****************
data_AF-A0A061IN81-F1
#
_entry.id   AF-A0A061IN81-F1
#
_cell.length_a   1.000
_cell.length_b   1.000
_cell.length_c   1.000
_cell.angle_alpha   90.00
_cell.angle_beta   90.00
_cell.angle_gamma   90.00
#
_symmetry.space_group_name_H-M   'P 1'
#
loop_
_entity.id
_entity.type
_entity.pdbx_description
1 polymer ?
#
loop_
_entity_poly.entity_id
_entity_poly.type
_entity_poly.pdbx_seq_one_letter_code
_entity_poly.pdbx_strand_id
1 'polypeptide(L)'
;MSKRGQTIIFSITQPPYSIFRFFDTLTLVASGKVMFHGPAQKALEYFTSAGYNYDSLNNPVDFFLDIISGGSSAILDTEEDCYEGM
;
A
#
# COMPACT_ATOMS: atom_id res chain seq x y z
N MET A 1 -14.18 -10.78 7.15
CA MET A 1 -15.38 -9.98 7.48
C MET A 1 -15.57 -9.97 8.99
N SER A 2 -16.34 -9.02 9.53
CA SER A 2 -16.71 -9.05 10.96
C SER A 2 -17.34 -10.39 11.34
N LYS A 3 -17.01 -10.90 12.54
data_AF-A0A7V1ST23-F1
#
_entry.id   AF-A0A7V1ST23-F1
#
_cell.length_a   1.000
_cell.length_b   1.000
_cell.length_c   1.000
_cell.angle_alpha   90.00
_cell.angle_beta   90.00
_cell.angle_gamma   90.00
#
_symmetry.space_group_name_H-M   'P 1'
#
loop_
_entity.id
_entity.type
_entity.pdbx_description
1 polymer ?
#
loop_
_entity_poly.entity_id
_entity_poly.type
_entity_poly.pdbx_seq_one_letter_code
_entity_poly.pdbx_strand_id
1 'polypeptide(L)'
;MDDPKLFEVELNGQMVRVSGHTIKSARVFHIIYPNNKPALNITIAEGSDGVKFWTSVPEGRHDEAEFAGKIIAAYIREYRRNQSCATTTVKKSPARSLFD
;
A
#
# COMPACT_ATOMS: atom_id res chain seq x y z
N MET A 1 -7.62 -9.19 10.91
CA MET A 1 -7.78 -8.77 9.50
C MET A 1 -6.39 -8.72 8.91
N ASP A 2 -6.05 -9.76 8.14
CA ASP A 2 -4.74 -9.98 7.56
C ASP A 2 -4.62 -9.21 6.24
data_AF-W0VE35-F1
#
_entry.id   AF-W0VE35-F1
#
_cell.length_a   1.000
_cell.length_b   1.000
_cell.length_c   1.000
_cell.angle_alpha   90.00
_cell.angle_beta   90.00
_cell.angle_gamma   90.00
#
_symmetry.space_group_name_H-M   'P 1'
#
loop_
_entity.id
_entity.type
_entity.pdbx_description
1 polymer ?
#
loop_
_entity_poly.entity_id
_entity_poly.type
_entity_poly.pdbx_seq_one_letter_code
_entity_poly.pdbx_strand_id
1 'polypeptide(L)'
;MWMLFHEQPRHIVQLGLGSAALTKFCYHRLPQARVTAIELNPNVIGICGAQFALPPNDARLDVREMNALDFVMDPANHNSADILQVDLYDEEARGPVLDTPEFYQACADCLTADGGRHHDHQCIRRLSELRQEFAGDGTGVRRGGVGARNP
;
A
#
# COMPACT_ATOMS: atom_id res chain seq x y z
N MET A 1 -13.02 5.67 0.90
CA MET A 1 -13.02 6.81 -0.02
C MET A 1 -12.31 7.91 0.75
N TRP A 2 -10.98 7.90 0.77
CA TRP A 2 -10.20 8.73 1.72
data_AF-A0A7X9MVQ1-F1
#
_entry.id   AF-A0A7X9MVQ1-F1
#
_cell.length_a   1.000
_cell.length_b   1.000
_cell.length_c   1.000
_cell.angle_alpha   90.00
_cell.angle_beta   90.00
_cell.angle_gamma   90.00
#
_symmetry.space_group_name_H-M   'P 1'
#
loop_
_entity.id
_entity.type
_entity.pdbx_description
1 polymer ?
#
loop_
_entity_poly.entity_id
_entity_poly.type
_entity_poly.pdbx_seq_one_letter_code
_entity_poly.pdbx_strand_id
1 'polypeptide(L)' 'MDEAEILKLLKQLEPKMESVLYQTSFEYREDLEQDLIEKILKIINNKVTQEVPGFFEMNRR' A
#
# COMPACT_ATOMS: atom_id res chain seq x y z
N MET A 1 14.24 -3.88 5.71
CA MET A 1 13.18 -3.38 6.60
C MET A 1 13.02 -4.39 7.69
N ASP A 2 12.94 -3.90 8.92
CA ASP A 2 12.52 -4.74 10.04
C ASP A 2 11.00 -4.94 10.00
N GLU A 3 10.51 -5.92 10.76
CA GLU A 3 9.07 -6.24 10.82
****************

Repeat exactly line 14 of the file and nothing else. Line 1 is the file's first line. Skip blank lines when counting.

loop_